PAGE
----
By Stacy Jenel Smith
In the beginning, there were "The Osbournes
." And viewers tuned in to watch their squabbles, their profanity, their familial love, and the oddball comments that issue from Dad's synapse-impaired mind. And, lo, though critics wailed about TV bottom-trolling, MTV saw that ratings were good.The Osbournes begat Anna Nicole
in all her outsized outrageousness. Viewers tuned in to E! Entertainment and saw the former Guess model stumbling about in stilettos, carrying the urn-bound remains of her late kazillionaire hubby J. Howard Marshall II -- giving him a tour of her new home. She filled her shower with whipped cream. She whined. There was gnashing of teeth throughout the land, but people watched the show anyway.
And it came to pass that Comedy Central brought forth "I'm With Busey." And audiences could see the star of stage, screen and police blotter leading comedian Adam de la Pena through an array of Busey antics -- Gary clubbing in full drag, Gary pontificating nonsensically, Gary eating oysters -- with de la Pena's follow-up jokes.
Soon we will have the multiple personality fraught Roseanne's reality show on ABC.
And so it is that now, verily, we can say unto you, what one reviewer titled the "Celebrities Is the Craziest People Sub-Genre of Programming" has reached Biblical proportions.
Let's face it, the public has been entertained by tales of eccentric stars as long as there've been eccentric stars, which is to say, forever. But now this sort of thing has become exploitation TV fodder as never before. It is sick. It is demoralizing. It is hard to turn away from, like a train wreck.
And the possibilities are endless.
How about "Nick Day and Night," a show that would capture Nick Nolte as he does what he does for as many as four days straight without sleep, unscripted, when he's really entertaining. You may recall that Nick himself has discussed shooting human growth hormone into his somach, and when he's really feeling depleted, he fills an IV bag with 13 different vitamins and minerals and drips them through a needle into his bloodstream. He also has tanks of ozone bolted to walls in rooms all over his property because he believes "bad things can't live in it. Viruses can't live in it, bacteria can't. Cancer can't. Gets more oxygen into your plasma. It's all about getting oxygen into your brain." The man regularly wears pajamas in public.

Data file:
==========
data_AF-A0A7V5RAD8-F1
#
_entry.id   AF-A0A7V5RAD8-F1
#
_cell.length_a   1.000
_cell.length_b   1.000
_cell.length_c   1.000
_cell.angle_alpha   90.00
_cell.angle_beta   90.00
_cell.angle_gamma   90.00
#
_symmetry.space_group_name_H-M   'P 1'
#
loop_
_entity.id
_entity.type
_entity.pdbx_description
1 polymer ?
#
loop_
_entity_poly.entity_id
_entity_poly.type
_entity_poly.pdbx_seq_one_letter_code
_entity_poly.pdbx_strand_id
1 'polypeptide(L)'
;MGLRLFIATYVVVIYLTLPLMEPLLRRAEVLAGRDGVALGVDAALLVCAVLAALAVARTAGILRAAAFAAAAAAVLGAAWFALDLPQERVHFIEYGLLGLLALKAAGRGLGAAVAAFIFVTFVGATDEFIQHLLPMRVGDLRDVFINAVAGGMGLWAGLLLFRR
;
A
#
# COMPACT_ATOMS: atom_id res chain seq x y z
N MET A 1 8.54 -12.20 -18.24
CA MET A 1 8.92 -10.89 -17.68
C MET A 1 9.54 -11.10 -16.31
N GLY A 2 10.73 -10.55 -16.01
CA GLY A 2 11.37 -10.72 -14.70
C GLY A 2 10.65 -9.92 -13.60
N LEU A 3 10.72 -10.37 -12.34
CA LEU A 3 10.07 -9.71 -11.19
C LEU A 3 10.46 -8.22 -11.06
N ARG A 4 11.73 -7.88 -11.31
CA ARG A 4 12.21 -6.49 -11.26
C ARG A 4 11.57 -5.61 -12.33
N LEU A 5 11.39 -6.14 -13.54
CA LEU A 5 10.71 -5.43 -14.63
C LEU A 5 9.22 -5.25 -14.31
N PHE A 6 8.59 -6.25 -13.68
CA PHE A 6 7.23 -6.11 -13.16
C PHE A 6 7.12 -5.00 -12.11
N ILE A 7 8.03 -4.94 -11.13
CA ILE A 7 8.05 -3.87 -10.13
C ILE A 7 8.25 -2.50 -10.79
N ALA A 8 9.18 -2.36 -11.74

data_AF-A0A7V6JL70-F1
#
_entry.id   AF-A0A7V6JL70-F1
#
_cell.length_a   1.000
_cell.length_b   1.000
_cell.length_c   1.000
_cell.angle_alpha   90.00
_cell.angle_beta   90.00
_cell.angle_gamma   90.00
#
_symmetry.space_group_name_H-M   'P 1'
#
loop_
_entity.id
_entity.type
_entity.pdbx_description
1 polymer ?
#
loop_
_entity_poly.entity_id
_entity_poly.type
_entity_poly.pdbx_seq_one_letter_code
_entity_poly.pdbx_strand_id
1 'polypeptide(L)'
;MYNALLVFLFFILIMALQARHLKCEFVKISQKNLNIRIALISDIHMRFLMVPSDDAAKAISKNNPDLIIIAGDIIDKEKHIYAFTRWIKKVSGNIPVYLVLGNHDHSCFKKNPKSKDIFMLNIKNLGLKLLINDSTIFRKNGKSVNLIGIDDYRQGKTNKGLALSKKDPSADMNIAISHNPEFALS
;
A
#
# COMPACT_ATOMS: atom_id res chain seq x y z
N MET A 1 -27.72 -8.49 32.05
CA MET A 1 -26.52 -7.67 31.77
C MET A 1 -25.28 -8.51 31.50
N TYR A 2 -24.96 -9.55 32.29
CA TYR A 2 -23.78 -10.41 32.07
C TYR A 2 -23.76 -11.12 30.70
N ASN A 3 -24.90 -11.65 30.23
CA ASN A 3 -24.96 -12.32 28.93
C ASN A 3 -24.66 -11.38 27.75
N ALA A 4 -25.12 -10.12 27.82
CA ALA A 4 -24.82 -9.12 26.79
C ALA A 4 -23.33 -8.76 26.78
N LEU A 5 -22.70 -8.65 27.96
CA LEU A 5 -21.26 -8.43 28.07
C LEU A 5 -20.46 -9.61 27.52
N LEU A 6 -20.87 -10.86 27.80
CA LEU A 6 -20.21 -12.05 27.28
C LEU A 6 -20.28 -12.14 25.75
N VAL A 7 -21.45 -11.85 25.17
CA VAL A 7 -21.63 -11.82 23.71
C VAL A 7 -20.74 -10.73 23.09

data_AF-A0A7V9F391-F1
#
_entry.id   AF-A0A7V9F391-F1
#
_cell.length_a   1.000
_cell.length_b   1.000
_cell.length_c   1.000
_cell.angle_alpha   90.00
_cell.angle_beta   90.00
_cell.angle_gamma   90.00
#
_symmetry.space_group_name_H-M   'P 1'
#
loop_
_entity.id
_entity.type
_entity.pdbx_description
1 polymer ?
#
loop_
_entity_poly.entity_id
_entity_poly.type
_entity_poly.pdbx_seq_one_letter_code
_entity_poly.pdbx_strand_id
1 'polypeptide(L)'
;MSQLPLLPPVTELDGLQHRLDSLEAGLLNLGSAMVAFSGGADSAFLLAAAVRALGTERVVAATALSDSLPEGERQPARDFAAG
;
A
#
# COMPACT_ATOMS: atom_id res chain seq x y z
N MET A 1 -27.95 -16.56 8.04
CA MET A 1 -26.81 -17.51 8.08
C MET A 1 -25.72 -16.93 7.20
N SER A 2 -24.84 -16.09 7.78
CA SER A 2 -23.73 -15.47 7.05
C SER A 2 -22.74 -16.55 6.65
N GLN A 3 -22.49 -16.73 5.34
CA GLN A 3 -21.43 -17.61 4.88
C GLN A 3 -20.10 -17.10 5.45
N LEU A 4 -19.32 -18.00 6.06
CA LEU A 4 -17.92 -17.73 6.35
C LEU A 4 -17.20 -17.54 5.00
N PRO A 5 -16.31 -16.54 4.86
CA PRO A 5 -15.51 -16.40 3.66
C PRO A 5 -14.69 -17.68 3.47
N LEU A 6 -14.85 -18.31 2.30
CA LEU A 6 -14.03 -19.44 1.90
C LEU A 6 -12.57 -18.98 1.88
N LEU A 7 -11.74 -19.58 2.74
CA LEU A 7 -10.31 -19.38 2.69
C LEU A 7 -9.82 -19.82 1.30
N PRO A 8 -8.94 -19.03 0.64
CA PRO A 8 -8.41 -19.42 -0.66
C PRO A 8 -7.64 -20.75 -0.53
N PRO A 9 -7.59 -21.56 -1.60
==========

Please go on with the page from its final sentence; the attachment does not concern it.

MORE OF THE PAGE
Or how about "Celestial Wisdom With Anne Heche"? She's gay, she's straight, she wrote a book in which she told us that "I was called Celestia, the reincarnation of God"...and that she was from the fourth dimension and that she was "getting messages from [her] planet every day about how to make the world a better place." When she had a breakdown and was found wandering naked near Fresno, California in 2000, Heche said, "In my mind, I became Jesus."
Of course, Michael Jackson, the erstwhile King of Pop, remains the King of celebrity strangeness. Who could forget the hyperbaric oxygen chamber, Bubbles the Chimp, the masks, the glove -- all of it? This year's Jackson TV romps, including British journalist Martin Bashir's ABC special, and "Dateline NBC's" examination of Jackson's face, gave the networks big ratings sweeps wins.
Last year, US magazine got psychiatric experts to analyze Jacko's behavior. Bellevue Hospital's Dr. Fred Covan suggested that Michael may have married Elvis' daughter, Lisa Marie Presley, to gain the power of the King of Rock 'n' Roll -- somewhat analogous to "the way cannibals eat the organs of warriors they kill."
Lisa Marie was also wed to Nic Cage, who used to cultivate an out-of control image, which he clinched by eating a live cockroach on camera. He claimed to have had sex (outside of the car) at the intersection of Melrose and La Brea in Los Angeles for kicks. He memorably got on an airplane's PA system once and announced that he was the captain and the plane was losing altitude and he wasn't feeling well.
What a show that would be, as the police come to haul Nic away!
For that matter, with his nocturnal habits, outsized appetites, shooting a TV with a gun and so on -- Elvis himself would have made for quite a reality show. Thank goodness he's out of reach.